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Incoming freshmen asked; we answered! After collecting the Class of 2025’s top questions and concerns, seniors Laura Wadsten, Claire Goudreau, Adelle Thompson, Amal Hayat and Izzy Geada pooled their thoughts together to tell you what you need to know.
Artists and athletes, scientists and scholars, hailing from across the world and just around the corner, the members of the Class of 2025 are bringing plenty of interesting perspectives to Hopkins. Here is a quick introduction to some of the new faces you might see around campus this fall.
Ellie Rose Mattoon:
Over the past year, The News-Letter’s News & Features section has published approximately 250 articles. Even for Hopkins, that’s a lot of homework if you want to get caught up on campus current events.
With the fall semester about to kick off, Hopkins students are slowly making their way back to campus. As the University begins to open up, the sports industry is beginning to open up as well. Many stadiums and leagues are permitting fans to return to games, which brings a whole other dimension to watching a sport.
Moving to a new city presents the opportunity to explore a brand-new culinary landscape. Other than national trends, much of the identity of a city’s food culture is characteristic of its economic history, immigration patterns and community bonding through food. Though it can be daunting to find all the best places to take friends to show your local know-how, hopefully this guide gives you an updated look at what’s good and what’s special (all for a night out under $15).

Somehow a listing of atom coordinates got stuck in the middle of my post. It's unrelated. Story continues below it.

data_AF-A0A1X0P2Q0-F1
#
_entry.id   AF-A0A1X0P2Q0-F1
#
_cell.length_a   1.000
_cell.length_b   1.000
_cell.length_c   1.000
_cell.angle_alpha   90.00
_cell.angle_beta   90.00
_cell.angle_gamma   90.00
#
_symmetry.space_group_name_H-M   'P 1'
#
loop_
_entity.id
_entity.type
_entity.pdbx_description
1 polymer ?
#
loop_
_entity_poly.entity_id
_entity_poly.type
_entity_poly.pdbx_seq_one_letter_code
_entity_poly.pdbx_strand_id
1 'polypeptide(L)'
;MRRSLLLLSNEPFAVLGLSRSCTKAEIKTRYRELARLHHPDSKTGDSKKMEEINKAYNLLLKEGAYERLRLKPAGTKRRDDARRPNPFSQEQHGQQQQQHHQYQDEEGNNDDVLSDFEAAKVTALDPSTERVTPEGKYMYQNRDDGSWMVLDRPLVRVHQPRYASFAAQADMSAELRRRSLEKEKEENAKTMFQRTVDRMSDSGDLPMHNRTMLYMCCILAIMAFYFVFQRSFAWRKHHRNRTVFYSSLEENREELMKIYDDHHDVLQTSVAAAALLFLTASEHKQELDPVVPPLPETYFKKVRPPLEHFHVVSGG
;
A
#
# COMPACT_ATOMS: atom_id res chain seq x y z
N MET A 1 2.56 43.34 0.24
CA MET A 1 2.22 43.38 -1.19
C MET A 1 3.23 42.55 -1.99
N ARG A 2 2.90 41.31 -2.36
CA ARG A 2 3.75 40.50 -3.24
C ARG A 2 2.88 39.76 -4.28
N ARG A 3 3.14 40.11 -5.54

It can be difficult to explore outside your college campus whilst managing a busy schedule. But it is possible to find time to spend with friends outside of the tight confinements of the Hopkins campus. Every year, at least one senior will tell you something along the lines of “don’t get stuck in the Hopkins bubble.” But what does this even mean?
I stumbled upon my Mathematics major in a manner only describable as an accident. I had always taken hard math classes in high school, and I became accustomed to math taking up most of my time, so it just seemed natural that I would continue to take those classes in college. And it sort of never stopped. Even though I am, by most accounts, terrible at mathematics.
Now that you’ve arrived at Hopkins, there is a lot you need to take in all at once. It is certainly overwhelming, especially when people are throwing around lingo and jargon that might as well be in a different language. Here are the explanations behind some of the most common Hopkins lingo to help you get the hang of things.
They annoyed you on the car ride to school with their music choices, fumigated your dorm down with Lysol and possibly cried while they hugged you goodbye. But now that your parents have gone home, what are you to do with no adult supervision? The realization that an actual grown-up is not in the next room to help with an unexpected crisis is a scary one, but it’s one that most every freshman is facing right now.
Dear Class of ‘25,